Section Editor: Secondary
Barbara A. Schaffner
Each school year brings both new experiences and old reminiscences as first year teachers, student teachers, and interns are added to the faculty. Everyone has a student-teaching story. We all faced our first class with the guidance of a helpful or not-so-helpful cooperating teacher. Some of us also have filled the role of college supervisor. I would like to focus on the role of the high school cooperating teacher and his/her role in helping new teachers to be aware of gender issues.
Obviously, the best place to learn to teach is the classroom. A knowledge of the subject matter and basic methods comes from the college courses. How to function successfully in the faculty room as well as the classroom is the area of the cooperating teacher. Ideally s/he will be able to guide and counsel the newcomers to our profession.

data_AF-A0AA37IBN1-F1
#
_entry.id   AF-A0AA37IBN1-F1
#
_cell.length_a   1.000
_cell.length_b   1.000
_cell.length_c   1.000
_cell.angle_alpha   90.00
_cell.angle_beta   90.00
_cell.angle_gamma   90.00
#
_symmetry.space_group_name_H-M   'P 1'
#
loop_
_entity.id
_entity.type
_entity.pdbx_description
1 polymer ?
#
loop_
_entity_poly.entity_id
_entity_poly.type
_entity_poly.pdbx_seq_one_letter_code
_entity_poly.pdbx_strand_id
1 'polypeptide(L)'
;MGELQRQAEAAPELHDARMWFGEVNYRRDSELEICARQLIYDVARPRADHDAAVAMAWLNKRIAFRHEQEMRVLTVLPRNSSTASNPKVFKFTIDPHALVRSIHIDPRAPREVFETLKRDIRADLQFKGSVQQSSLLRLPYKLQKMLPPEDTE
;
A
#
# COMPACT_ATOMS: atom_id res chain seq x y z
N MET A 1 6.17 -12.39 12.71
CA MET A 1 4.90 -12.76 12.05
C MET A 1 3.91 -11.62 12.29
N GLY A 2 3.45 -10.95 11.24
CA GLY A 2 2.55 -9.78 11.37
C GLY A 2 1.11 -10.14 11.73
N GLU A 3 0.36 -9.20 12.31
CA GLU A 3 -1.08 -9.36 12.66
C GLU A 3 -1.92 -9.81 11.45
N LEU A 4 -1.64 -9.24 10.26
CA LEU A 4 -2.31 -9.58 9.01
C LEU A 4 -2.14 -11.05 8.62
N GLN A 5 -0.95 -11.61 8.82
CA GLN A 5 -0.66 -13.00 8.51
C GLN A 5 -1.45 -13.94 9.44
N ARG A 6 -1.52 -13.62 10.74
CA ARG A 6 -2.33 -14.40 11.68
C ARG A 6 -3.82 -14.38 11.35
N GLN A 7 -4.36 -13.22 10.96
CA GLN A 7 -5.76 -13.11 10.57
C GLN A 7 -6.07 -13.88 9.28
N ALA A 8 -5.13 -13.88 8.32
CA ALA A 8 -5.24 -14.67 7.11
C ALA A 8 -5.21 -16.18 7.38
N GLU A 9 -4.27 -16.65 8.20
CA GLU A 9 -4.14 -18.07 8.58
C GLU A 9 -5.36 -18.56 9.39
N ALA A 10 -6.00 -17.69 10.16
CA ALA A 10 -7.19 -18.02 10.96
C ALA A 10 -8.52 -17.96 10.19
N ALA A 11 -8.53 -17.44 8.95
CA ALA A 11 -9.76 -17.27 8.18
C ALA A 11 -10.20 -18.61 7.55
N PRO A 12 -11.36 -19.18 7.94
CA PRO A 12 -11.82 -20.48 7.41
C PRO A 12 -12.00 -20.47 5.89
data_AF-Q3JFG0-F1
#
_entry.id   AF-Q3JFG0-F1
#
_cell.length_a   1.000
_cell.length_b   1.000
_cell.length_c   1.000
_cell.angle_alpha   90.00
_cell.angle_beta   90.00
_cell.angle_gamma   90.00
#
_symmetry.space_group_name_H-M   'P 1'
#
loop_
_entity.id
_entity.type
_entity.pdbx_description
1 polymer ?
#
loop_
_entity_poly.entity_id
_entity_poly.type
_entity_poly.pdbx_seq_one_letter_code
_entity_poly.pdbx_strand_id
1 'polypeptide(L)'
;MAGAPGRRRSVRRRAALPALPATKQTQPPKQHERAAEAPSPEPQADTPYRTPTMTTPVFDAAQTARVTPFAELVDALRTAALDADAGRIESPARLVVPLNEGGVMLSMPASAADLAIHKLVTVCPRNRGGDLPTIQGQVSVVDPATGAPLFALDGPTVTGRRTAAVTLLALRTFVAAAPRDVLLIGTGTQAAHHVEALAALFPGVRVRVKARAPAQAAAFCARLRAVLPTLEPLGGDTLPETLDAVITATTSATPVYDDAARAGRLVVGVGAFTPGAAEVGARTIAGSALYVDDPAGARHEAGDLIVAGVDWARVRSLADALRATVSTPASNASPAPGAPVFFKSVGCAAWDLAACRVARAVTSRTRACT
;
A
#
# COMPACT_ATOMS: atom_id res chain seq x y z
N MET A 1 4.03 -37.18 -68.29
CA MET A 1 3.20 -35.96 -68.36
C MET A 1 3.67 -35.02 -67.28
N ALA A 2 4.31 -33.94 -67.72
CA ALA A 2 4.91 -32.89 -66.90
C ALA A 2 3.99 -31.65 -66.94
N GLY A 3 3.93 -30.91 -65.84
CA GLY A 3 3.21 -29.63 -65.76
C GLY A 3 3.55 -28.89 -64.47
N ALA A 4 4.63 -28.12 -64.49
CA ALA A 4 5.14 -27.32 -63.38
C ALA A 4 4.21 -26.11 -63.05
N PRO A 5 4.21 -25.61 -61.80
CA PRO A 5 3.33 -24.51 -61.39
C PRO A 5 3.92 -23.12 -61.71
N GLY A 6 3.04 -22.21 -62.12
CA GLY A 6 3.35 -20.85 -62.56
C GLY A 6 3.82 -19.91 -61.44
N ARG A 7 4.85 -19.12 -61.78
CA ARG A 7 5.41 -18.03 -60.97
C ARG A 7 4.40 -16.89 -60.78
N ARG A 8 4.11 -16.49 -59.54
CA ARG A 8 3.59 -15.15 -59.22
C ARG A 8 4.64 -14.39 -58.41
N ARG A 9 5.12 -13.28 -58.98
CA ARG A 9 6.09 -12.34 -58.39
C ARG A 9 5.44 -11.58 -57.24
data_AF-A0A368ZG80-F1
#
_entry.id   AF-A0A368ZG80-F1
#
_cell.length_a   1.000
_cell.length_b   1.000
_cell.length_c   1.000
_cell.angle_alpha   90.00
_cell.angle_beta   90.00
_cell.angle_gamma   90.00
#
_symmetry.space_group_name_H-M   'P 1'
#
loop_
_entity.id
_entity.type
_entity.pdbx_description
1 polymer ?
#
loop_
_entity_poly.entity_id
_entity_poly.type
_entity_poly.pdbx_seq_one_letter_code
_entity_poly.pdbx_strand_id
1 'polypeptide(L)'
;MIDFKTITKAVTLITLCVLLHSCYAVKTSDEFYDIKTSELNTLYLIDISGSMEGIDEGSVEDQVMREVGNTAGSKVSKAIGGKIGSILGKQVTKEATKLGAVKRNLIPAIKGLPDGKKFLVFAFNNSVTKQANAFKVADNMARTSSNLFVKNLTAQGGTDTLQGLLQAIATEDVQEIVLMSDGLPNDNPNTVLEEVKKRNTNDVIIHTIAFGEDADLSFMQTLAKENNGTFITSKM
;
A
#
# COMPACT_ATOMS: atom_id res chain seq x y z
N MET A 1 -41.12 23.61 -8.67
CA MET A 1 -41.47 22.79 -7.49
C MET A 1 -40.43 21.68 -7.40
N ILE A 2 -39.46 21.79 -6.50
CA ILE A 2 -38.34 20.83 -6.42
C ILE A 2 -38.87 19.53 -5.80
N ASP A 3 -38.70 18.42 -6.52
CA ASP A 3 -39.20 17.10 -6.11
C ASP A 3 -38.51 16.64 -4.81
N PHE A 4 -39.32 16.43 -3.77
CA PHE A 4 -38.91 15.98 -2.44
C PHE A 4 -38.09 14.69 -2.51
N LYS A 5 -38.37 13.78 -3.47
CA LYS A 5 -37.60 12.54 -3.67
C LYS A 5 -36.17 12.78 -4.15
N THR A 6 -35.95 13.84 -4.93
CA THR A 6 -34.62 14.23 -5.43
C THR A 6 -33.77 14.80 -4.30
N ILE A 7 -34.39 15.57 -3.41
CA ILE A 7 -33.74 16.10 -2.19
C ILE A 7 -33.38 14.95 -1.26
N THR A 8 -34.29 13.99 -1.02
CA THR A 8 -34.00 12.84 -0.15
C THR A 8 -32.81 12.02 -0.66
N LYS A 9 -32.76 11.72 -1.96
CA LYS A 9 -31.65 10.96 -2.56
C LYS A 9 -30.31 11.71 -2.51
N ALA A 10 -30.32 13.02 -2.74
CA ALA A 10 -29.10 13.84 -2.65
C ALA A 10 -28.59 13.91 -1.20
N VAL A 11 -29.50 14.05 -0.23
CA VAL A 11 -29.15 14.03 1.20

Gender issues in the classroom are of major concern. How a potential colleague treats other male and female members of the department and responds to them as persons, how s/he deals and copes with the relationship to male and female administrators can be made much easier with the guidance of a cooperating teacher. Secondary schools are microcosms of the world. Gender issue problems of intimidation, sexual harassment, and inappropriate comments, unfortunately can confront the beginning teacher. A cooperating teacher can help the student teacher by pointing out potential problems and providing a forum for the discussion of issues. In addition s/he can help the new teacher to recognize gender problems among students. By helping a student teacher learn how to deal with both adult and student gender issues, a cooperating teacher can influence not only the present but the future.